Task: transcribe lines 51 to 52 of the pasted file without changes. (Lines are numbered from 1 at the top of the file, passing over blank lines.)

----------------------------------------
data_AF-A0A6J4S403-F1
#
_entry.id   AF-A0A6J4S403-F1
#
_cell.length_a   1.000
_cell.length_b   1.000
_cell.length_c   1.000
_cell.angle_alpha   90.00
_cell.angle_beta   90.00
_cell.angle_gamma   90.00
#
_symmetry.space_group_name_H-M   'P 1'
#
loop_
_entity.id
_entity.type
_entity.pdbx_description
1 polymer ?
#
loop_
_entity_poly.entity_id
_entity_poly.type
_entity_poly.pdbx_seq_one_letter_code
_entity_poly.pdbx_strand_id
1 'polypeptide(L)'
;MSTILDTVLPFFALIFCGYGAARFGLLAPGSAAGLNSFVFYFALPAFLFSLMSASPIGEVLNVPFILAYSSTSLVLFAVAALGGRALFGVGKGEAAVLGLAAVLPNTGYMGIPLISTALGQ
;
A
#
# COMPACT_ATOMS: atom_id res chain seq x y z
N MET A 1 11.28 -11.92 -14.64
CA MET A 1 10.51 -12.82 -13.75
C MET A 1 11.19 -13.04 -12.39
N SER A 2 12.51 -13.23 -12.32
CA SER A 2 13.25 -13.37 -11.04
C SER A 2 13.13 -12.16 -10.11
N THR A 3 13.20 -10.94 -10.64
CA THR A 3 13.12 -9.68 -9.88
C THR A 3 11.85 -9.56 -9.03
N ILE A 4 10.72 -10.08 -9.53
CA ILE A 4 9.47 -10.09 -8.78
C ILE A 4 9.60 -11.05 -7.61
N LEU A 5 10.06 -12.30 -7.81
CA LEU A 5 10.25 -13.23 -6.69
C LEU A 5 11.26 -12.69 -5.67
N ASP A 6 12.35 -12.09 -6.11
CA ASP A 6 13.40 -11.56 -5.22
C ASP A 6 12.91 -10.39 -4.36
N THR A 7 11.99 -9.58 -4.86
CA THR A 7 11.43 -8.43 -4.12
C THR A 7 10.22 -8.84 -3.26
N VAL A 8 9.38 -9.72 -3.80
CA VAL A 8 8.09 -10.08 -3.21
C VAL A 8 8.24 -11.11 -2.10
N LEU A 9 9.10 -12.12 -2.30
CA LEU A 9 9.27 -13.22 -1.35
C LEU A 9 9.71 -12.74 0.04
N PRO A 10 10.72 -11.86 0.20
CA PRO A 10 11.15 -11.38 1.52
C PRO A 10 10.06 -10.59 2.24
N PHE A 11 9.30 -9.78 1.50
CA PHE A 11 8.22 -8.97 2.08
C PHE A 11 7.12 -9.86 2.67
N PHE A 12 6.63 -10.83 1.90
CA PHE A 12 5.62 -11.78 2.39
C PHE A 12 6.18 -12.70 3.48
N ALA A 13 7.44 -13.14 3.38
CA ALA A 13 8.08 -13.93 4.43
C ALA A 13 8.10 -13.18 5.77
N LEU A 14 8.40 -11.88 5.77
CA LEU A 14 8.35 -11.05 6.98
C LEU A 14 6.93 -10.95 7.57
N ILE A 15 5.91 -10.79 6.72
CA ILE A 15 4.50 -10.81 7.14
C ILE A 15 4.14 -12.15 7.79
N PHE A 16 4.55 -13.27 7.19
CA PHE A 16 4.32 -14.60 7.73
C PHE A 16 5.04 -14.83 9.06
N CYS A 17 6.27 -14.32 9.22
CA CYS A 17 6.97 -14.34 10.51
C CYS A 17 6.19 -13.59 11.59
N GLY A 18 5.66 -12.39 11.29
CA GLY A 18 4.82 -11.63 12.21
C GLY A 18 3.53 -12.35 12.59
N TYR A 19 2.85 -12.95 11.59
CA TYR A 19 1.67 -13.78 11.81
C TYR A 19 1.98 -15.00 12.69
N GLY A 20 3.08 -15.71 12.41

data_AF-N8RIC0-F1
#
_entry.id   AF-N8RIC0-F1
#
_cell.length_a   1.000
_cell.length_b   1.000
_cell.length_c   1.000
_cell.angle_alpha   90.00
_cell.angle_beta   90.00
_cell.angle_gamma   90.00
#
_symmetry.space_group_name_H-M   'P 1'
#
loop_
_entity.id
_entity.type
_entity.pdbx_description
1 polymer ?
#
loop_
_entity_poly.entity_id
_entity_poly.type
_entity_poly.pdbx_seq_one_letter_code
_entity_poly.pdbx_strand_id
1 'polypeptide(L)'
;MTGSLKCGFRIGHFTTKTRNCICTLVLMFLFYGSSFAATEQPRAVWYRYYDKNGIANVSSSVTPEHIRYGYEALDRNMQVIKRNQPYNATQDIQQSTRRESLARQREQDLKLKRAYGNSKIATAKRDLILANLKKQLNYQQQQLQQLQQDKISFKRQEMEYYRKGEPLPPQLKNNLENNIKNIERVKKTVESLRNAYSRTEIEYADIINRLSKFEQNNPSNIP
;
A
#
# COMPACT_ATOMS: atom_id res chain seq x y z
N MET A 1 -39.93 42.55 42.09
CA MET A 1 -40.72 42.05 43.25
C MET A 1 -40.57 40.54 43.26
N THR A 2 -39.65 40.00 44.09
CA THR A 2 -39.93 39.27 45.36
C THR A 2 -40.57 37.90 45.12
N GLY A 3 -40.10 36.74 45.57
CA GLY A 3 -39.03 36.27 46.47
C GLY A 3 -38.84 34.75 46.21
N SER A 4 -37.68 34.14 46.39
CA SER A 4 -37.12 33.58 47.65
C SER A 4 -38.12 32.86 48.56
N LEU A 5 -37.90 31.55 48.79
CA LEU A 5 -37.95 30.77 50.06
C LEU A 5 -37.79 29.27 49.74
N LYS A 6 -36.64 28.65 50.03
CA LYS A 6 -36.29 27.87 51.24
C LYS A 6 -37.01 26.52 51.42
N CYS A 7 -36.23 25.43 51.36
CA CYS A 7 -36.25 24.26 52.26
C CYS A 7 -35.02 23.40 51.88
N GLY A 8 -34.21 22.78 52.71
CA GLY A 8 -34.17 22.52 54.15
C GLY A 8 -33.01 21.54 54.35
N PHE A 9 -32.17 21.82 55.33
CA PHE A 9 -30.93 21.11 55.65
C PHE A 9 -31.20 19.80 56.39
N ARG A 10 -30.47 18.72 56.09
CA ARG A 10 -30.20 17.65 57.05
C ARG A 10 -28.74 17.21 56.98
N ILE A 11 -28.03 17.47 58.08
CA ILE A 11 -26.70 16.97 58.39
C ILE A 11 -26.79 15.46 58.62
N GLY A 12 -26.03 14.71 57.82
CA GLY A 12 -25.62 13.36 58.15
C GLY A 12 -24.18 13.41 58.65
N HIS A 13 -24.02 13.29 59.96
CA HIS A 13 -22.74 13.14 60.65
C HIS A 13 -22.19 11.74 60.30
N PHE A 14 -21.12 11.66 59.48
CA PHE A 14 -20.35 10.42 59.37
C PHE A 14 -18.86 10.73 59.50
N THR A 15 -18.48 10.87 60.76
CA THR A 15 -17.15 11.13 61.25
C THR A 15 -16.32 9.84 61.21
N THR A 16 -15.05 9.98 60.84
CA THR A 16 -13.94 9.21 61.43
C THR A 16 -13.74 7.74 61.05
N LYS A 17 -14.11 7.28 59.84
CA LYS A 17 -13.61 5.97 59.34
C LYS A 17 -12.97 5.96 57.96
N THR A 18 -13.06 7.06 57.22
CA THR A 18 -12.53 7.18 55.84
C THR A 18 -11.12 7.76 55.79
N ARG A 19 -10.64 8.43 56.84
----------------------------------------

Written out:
C THR A 7 10.22 -8.84 -3.26
N VAL A 8 9.38 -9.72 -3.80